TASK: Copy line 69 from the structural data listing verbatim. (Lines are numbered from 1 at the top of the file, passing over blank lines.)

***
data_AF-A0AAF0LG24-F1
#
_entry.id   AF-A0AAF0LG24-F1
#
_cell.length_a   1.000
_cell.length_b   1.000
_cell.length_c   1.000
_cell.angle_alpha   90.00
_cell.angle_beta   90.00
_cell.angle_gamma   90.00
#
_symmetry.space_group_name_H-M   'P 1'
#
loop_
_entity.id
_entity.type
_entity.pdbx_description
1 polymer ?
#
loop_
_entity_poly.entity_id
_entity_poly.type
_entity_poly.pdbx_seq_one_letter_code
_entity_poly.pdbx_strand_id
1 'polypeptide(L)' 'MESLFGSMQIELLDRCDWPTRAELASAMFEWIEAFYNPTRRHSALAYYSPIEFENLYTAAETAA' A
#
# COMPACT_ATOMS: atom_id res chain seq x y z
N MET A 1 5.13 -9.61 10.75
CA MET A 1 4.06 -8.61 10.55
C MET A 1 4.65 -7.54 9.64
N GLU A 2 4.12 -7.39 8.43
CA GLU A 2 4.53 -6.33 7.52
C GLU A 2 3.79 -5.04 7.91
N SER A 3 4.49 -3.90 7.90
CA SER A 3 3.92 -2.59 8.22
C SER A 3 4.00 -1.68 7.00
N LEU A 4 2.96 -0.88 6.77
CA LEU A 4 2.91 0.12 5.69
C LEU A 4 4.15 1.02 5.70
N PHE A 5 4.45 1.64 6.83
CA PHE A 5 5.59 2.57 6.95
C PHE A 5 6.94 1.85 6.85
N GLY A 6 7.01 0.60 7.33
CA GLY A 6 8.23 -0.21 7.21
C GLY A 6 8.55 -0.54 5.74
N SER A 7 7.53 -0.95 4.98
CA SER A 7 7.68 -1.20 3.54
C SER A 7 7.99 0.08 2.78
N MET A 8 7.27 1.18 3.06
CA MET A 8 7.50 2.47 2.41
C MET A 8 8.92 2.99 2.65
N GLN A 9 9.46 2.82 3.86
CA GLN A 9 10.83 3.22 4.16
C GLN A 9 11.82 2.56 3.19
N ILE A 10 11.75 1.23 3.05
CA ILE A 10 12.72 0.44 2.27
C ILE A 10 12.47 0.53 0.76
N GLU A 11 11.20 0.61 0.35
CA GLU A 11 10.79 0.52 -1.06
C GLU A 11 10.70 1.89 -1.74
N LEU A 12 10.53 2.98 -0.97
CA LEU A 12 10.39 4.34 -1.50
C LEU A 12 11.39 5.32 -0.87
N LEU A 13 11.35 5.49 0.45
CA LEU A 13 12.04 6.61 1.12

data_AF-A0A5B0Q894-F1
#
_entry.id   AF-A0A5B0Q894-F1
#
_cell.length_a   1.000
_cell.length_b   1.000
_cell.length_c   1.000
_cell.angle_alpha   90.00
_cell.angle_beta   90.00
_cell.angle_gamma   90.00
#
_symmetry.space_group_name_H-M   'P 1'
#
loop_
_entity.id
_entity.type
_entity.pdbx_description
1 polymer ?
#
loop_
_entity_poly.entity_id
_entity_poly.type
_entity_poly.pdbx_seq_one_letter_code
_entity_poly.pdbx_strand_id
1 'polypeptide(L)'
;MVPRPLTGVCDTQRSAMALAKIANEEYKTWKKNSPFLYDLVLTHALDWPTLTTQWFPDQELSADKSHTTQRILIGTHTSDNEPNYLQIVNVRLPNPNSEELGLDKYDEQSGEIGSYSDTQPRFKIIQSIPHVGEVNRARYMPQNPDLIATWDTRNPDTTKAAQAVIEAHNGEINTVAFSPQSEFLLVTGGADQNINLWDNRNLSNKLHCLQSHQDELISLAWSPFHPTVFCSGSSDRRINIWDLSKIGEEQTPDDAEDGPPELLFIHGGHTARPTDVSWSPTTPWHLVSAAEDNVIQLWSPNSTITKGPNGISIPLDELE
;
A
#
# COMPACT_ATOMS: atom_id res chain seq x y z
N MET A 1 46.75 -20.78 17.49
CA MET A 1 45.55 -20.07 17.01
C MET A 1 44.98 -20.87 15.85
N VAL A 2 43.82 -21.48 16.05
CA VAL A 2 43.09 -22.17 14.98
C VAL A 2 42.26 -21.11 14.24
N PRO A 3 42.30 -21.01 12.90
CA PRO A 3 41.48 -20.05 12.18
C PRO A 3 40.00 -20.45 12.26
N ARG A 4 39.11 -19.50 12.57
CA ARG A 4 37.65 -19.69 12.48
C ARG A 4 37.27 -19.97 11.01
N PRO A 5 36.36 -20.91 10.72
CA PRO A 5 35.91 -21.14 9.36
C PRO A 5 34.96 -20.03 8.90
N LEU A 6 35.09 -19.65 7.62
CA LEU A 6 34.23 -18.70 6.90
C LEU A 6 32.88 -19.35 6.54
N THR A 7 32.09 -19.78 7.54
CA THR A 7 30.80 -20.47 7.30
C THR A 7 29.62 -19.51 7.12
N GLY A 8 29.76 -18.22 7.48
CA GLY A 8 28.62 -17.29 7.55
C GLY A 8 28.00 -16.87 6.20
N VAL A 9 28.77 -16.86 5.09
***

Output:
#